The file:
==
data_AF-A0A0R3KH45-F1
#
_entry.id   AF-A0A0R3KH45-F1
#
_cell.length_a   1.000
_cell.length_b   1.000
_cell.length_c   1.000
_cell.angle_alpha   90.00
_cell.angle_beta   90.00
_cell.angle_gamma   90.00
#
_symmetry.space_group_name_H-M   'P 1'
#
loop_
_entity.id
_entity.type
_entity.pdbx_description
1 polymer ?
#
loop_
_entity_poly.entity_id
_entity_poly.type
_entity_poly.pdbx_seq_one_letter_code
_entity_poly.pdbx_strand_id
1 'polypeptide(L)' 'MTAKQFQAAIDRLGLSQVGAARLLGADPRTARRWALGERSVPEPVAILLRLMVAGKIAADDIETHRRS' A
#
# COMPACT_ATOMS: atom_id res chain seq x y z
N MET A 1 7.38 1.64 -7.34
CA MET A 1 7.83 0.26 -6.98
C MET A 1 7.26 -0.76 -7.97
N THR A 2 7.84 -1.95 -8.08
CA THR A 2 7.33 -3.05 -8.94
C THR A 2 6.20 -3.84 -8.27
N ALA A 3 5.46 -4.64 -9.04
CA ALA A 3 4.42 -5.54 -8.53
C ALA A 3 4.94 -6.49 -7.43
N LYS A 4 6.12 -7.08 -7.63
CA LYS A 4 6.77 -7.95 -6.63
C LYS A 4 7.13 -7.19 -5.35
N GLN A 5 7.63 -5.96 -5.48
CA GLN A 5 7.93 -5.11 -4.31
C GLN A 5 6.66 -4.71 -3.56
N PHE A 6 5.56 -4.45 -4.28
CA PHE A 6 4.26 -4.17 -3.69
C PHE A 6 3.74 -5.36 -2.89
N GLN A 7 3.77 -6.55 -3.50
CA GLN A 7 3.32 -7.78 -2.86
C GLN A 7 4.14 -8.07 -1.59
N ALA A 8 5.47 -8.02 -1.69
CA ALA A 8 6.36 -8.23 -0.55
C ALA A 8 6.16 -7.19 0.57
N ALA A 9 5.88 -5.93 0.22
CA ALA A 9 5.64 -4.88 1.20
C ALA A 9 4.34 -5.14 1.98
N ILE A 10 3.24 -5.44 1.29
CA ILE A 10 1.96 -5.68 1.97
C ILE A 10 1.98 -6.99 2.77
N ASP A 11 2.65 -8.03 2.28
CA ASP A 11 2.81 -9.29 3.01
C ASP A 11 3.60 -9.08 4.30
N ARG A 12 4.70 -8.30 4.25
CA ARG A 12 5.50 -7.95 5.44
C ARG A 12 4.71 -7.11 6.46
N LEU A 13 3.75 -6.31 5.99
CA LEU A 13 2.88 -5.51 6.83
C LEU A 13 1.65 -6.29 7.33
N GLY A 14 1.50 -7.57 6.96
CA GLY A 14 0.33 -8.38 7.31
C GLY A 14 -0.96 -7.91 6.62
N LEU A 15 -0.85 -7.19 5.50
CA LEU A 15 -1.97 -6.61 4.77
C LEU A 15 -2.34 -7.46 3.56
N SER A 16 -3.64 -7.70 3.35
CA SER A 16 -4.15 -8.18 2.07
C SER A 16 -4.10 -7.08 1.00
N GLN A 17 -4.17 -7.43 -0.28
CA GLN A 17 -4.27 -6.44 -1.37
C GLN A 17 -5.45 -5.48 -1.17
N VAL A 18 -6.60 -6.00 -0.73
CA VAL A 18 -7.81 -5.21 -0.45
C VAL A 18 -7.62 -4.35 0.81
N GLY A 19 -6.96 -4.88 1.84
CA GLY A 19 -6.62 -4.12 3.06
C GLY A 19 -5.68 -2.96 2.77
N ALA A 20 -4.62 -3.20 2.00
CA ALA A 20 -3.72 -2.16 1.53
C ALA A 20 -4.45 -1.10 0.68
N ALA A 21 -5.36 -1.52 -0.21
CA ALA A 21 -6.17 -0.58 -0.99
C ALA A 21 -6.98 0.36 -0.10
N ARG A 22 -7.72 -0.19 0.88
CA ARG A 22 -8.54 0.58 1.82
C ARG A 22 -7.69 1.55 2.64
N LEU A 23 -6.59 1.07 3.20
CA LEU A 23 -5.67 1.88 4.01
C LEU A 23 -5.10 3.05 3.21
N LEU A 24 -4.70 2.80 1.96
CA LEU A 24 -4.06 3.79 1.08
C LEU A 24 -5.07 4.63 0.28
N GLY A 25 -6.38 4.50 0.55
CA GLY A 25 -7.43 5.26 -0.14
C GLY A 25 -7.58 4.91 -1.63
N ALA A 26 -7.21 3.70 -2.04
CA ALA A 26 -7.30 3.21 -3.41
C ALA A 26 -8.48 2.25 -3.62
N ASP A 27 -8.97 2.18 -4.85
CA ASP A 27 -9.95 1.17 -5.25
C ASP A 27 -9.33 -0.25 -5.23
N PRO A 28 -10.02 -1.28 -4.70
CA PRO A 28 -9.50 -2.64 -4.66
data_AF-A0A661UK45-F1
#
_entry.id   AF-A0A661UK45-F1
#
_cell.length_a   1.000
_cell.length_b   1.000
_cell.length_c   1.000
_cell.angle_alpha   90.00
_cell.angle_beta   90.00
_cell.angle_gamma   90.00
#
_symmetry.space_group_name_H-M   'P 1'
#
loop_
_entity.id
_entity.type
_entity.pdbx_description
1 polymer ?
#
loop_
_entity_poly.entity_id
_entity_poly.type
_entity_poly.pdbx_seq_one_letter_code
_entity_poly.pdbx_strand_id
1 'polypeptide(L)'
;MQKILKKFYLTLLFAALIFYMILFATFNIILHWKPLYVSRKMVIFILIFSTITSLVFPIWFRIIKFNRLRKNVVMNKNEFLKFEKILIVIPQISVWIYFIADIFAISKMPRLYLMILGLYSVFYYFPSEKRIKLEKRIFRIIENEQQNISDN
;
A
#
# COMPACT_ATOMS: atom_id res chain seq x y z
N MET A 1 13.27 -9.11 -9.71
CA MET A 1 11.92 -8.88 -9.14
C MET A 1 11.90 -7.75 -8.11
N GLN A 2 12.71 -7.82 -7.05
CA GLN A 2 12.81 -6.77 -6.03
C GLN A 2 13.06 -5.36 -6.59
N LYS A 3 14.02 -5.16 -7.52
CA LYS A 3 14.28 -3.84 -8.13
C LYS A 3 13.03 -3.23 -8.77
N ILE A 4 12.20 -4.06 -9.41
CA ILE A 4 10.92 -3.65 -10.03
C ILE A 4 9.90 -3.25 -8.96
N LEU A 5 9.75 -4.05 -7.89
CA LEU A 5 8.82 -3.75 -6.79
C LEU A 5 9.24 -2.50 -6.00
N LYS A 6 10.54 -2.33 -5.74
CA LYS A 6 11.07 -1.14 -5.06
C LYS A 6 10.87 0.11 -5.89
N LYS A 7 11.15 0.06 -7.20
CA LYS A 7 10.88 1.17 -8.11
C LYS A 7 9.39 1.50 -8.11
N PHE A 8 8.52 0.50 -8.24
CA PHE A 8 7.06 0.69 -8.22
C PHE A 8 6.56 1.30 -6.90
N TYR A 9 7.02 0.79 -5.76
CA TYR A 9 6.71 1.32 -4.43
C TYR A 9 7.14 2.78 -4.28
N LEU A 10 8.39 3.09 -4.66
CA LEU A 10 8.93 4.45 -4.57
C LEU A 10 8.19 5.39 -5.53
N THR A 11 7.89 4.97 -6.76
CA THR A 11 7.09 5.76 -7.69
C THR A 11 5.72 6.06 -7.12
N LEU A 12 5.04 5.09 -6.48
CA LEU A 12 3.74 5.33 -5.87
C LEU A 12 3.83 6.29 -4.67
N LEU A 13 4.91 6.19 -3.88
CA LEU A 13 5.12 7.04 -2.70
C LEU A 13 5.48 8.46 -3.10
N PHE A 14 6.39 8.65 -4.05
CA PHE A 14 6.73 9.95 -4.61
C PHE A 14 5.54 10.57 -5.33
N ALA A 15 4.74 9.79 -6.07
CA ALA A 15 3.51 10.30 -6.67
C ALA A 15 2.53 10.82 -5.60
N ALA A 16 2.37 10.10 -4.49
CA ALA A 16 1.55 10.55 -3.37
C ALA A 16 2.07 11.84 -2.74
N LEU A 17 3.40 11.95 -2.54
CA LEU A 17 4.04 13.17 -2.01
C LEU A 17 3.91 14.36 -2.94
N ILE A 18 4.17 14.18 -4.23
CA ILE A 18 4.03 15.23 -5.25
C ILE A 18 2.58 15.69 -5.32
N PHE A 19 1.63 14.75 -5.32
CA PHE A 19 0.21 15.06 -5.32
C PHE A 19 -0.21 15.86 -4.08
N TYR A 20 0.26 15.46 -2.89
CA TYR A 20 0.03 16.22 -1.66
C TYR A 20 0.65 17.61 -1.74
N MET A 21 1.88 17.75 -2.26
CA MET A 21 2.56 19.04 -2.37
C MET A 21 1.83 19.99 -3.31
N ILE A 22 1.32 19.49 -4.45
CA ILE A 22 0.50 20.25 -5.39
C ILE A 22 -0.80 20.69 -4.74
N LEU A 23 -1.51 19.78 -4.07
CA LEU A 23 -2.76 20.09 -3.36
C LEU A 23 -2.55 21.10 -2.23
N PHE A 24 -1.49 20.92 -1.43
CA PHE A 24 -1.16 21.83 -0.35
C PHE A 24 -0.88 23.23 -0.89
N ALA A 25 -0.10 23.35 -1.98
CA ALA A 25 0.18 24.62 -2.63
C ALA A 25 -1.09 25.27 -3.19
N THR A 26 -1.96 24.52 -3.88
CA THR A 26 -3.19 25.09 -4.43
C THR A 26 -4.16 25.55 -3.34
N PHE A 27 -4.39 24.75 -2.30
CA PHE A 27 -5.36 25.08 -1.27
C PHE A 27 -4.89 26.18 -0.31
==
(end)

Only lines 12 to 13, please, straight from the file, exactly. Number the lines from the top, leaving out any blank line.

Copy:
_symmetry.space_group_name_H-M   'P 1'
#